This program is one of the jewels in the High Point Community Foundation’s crown for it not only helps our Donors achieve their philanthropic vision, it also breaks new ground in the promotion of STEM in our local school system.
Years ago when I first met Drs. Michael and Zoe Draelos, I could see immediately they were both passionate about research and they genuinely wanted to reach out to area students to provide them with some of the opportunities that had so positively impacted their lives. While both have been long-time and highly respected physicians in our community, they have also launched a research business that has become one of the most highly regarded in the world for dermatology and cosmetic products.
Zoe has, in fact, been awarded both a Presidential Citation from the American Academy of Dermatology for her research advances in the field and the Maison deNavarre Award from the Society of Cosmetic Chemists for her contributions to the art and science of cosmetics.
Research is obviously deeply embedded in the Draelos’ DNA and their experiences led to them providing the same opportunities for their two sons who are now both MD, PhD. candidates at Duke University. It was their desire to pass these same opportunities on to local students that started the program at the High Point Community Foundation.
Each summer a new cohort of students is selected through a very competitive process for an eight-week paid internship during the summer in which they work with local PhDs and their teams to do actual research. It’s an amazing opportunity akin to a local high school athlete being given a chance to play for a pro team and then use that experience as a way to get recruited to college. This past year our first Scholar was included as member of the research team whose work was published in an academic journal. Every year the program grows and its long-term impact expands.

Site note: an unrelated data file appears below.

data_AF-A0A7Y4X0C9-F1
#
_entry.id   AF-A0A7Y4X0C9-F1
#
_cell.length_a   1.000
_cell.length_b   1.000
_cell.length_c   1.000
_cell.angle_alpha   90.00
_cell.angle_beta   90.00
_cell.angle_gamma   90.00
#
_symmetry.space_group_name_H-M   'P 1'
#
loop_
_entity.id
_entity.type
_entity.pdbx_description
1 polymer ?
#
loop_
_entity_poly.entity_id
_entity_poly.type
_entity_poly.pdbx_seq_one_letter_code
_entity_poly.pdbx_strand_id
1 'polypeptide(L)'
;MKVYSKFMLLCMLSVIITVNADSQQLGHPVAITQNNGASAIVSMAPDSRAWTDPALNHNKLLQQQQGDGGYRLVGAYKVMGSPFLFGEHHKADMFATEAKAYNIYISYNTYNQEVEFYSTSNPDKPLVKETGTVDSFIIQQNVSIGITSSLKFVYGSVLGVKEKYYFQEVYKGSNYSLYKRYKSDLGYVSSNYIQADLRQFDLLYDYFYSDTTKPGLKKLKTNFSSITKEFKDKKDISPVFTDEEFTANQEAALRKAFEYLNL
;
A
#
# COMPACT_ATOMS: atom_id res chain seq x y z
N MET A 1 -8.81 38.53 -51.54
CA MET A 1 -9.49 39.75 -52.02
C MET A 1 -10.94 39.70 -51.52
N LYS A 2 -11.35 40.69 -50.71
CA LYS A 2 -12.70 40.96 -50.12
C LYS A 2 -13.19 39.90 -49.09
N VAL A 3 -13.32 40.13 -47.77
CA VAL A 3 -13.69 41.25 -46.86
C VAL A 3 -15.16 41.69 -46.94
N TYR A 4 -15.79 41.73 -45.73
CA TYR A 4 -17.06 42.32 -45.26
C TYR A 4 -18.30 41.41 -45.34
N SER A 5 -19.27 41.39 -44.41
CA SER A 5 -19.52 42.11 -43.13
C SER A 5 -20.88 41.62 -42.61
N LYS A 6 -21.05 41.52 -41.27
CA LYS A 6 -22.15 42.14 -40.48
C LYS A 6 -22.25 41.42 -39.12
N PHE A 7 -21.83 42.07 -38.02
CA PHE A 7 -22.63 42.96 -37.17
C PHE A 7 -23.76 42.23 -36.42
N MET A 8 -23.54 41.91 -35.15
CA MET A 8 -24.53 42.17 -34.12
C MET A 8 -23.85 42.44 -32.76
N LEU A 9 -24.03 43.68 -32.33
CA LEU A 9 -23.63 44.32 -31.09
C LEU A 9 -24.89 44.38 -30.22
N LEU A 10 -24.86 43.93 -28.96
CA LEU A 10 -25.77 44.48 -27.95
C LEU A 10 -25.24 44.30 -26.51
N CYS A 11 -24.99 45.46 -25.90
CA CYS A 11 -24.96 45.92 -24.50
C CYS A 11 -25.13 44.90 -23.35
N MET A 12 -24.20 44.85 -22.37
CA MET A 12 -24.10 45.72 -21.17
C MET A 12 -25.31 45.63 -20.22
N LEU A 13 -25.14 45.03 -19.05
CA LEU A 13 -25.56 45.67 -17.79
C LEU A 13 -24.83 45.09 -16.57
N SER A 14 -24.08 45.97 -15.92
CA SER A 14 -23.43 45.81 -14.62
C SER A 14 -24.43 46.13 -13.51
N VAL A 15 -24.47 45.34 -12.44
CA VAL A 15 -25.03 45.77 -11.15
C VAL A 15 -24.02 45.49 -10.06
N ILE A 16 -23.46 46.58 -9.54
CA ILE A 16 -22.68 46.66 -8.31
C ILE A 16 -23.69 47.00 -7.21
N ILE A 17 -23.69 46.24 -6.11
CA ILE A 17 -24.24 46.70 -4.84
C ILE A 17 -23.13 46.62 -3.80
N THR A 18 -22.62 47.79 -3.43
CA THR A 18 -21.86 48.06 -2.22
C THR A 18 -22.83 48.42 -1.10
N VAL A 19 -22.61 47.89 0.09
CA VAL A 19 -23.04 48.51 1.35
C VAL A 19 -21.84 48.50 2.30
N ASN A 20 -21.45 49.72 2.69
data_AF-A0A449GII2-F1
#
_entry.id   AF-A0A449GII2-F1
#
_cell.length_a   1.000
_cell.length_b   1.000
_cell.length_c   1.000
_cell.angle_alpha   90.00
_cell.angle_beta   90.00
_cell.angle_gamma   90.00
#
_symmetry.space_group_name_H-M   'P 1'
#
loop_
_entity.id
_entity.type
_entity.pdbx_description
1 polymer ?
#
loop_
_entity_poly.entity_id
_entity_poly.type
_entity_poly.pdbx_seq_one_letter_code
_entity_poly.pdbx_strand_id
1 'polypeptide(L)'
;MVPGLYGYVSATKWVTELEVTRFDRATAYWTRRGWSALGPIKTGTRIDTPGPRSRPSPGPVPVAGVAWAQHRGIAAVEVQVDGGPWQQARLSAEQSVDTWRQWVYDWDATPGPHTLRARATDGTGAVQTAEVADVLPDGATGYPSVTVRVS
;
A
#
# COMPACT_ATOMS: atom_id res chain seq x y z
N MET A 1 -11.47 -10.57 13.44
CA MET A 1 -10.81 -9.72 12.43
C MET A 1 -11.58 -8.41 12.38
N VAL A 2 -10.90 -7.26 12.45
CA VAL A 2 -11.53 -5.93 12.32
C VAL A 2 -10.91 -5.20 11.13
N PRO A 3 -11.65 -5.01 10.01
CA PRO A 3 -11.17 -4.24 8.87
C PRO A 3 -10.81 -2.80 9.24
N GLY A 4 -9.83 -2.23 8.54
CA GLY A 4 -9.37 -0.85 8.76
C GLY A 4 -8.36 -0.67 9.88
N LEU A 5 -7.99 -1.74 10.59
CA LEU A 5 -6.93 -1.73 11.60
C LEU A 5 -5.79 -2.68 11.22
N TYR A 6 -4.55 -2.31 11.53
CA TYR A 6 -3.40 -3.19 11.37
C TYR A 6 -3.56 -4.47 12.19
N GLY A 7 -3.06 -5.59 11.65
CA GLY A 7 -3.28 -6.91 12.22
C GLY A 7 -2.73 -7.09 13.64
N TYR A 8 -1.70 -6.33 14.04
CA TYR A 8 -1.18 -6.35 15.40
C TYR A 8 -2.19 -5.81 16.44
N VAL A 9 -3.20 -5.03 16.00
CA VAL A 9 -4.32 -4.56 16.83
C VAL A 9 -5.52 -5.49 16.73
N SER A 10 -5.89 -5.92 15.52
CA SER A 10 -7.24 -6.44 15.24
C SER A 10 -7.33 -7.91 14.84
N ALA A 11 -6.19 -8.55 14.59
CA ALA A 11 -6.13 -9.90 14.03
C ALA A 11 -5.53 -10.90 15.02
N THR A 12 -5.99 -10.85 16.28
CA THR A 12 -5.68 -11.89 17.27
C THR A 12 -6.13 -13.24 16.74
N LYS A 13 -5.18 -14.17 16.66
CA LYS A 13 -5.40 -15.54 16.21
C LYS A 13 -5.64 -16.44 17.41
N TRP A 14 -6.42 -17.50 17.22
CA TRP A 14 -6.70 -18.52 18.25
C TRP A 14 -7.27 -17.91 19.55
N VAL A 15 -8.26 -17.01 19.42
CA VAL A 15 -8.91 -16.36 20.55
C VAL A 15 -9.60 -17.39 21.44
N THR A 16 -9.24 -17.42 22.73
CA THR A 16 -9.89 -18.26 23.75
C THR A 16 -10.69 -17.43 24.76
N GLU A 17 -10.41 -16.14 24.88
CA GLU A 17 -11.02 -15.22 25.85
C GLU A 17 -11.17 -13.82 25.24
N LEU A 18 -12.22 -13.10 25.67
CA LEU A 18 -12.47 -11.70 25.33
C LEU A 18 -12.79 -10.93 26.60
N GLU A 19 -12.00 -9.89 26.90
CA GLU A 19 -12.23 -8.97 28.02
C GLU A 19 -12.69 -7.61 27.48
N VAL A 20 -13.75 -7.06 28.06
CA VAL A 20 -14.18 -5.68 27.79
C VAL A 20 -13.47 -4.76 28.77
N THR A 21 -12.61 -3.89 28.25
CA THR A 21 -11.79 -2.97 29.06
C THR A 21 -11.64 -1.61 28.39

When I attend the student presentations at the end of each summer program I often find myself scrambling to keep up with the science as these young people have quite possibly more than tripled my IQ scores. However, this year I noticed something remarkable that I never quite anticipated as byproduct of these internships. It was the ancillary benefits of this experience that made me realize that science can be more than an intellectual experience and actually teach critically important life skills.
Each young person who spoke had tales of steep learning curves, strict protocols and hours of hard, but rewarding work. It quickly became apparent that this scientific learning experience had also taught them to have a strong work ethic, to adapt a professional approach in their research and behavior and, most of all, to appreciate the power of mentoring and truly value the opportunities that have been given to them.
How cool is it that scientific research can also teach a young people to grow into young men and women of integrity, purpose and respect?
I have always believed that you can go out in the marketplace and buy talent, but one thing you cannot put a price on is integrity and character. I applaud the wonderful work Michael and Zoe are doing to not only advance scientific research, but also develop a new generation of scientists who are first and foremost solid, values driven leaders.